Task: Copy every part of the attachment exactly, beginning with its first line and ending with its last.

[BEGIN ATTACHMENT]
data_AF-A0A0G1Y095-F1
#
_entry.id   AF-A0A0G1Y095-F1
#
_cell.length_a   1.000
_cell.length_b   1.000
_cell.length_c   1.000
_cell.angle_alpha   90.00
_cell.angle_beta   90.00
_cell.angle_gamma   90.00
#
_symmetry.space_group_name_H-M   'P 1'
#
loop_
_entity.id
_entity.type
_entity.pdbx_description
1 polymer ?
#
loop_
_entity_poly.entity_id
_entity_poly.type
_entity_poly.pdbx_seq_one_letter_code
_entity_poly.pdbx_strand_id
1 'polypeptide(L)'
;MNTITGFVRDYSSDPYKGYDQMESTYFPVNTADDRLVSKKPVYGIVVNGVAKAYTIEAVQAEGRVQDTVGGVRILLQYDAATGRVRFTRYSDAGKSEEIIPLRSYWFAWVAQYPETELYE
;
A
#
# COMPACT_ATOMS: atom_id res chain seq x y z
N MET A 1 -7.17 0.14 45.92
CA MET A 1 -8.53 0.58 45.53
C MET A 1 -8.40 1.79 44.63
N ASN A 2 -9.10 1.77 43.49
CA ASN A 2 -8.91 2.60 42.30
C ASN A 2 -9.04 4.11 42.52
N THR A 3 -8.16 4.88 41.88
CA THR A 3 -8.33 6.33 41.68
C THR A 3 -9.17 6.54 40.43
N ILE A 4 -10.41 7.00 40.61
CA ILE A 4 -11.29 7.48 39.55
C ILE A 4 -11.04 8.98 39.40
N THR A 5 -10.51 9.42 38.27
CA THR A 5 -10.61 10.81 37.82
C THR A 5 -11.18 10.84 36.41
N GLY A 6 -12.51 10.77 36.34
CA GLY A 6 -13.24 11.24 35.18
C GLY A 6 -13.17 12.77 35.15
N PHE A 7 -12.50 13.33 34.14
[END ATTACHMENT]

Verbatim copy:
data_AF-A0A0G1Y095-F1
#
_entry.id   AF-A0A0G1Y095-F1
#
_cell.length_a   1.000
_cell.length_b   1.000
_cell.length_c   1.000
_cell.angle_alpha   90.00
_cell.angle_beta   90.00
_cell.angle_gamma   90.00
#
_symmetry.space_group_name_H-M   'P 1'
#
loop_
_entity.id
_entity.type
_entity.pdbx_description
1 polymer ?
#
loop_
_entity_poly.entity_id
_entity_poly.type
_entity_poly.pdbx_seq_one_letter_code
_entity_poly.pdbx_strand_id
1 'polypeptide(L)'
;MNTITGFVRDYSSDPYKGYDQMESTYFPVNTADDRLVSKKPVYGIVVNGVAKAYTIEAVQAEGRVQDTVGGVRILLQYDAATGRVRFTRYSDAGKSEEIIPLRSYWFAWVAQYPETELYE
;
A
#
# COMPACT_ATOMS: atom_id res chain seq x y z
N MET A 1 -7.17 0.14 45.92
CA MET A 1 -8.53 0.58 45.53
C MET A 1 -8.40 1.79 44.63
N ASN A 2 -9.10 1.77 43.49
CA ASN A 2 -8.91 2.60 42.30
C ASN A 2 -9.04 4.11 42.52
N THR A 3 -8.16 4.88 41.88
CA THR A 3 -8.33 6.33 41.68
C THR A 3 -9.17 6.54 40.43
N ILE A 4 -10.41 7.00 40.61
CA ILE A 4 -11.29 7.48 39.55
C ILE A 4 -11.04 8.98 39.40
N THR A 5 -10.51 9.42 38.27
CA THR A 5 -10.61 10.81 37.82
C THR A 5 -11.18 10.84 36.41
N GLY A 6 -12.51 10.77 36.34
CA GLY A 6 -13.24 11.24 35.18
C GLY A 6 -13.17 12.77 35.15
N PHE A 7 -12.50 13.33 34.14